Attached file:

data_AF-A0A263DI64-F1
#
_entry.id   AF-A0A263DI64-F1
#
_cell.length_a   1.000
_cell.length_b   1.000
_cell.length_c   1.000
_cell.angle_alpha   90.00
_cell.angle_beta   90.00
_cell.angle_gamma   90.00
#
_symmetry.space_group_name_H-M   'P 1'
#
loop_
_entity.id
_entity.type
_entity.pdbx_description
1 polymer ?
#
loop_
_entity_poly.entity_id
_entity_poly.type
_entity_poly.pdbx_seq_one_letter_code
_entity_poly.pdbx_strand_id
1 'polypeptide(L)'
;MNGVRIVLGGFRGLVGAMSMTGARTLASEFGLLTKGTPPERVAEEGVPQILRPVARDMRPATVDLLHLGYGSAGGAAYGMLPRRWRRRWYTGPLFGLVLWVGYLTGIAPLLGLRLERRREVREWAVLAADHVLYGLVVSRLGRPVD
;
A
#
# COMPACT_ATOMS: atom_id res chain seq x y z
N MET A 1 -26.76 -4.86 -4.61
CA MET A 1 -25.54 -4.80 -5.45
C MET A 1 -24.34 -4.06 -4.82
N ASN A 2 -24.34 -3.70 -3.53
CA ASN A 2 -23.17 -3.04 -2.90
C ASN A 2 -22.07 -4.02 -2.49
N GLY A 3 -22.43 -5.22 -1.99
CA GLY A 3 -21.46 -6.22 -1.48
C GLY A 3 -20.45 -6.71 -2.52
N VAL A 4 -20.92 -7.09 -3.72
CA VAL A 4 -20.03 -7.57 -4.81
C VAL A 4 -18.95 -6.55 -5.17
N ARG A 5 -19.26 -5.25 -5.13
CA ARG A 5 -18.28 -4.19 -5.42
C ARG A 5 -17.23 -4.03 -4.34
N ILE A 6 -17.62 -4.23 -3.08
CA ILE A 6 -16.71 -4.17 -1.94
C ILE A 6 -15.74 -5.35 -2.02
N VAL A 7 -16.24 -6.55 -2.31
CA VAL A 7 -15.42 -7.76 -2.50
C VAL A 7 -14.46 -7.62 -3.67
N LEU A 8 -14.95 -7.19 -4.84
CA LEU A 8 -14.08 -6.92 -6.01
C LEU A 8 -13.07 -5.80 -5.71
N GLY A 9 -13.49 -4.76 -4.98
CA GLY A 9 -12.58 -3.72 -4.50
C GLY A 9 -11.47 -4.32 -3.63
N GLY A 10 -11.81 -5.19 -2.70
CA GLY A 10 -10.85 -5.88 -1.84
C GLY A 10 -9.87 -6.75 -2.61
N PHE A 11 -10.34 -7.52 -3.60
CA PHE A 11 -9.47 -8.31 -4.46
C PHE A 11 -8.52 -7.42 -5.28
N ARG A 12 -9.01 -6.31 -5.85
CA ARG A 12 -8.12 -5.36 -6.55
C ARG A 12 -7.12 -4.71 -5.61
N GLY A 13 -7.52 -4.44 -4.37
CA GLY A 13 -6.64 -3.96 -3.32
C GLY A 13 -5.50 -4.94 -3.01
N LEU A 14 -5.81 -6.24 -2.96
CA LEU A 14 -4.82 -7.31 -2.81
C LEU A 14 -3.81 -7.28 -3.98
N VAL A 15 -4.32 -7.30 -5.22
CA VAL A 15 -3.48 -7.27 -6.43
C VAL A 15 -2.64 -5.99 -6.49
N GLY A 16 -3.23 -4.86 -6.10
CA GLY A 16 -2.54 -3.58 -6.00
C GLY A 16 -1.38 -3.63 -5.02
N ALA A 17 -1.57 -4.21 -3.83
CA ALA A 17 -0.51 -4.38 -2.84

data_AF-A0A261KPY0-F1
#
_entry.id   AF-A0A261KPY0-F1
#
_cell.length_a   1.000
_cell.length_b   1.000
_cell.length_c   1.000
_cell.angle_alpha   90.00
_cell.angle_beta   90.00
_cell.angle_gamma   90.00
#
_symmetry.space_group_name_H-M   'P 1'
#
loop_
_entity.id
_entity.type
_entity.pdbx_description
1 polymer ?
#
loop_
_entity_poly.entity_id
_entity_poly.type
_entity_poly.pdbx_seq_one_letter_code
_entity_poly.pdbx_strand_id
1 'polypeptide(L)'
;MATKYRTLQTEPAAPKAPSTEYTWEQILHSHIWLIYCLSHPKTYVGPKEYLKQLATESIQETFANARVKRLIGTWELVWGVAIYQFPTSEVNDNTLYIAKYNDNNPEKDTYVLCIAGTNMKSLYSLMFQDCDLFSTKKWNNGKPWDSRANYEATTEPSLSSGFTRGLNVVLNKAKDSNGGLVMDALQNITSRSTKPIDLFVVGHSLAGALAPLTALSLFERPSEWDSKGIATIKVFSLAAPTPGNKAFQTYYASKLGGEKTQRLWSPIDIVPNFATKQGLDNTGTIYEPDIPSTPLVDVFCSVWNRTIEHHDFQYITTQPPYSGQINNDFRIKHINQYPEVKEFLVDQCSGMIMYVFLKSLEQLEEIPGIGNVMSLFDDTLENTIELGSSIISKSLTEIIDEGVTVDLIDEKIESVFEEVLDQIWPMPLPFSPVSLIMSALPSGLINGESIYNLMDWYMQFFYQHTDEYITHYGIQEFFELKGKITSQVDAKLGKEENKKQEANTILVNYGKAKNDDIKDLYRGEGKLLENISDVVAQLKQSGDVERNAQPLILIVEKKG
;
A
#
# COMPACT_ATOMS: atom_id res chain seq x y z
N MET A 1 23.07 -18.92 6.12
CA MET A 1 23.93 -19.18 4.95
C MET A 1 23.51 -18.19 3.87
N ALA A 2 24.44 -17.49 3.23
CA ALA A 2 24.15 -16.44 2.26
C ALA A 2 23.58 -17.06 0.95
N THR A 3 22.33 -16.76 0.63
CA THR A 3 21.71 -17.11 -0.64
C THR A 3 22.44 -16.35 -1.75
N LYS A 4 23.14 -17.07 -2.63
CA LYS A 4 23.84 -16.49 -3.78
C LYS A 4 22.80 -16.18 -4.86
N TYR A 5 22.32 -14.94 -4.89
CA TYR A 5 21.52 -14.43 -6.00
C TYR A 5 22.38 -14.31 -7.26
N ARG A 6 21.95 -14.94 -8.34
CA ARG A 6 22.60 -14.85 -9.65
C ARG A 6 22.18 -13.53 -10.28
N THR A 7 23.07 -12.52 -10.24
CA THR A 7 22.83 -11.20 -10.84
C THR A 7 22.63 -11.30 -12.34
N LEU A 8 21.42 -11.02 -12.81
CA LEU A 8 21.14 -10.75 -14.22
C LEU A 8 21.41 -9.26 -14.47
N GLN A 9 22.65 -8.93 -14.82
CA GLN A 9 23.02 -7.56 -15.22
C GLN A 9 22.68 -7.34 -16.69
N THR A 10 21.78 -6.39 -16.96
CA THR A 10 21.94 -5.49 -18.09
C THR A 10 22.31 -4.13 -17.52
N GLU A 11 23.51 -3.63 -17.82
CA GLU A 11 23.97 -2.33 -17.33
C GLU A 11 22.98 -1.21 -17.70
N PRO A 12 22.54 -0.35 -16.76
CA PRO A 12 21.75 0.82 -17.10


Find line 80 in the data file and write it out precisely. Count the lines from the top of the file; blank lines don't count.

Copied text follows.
CA ALA A 17 -0.51 -4.38 -2.84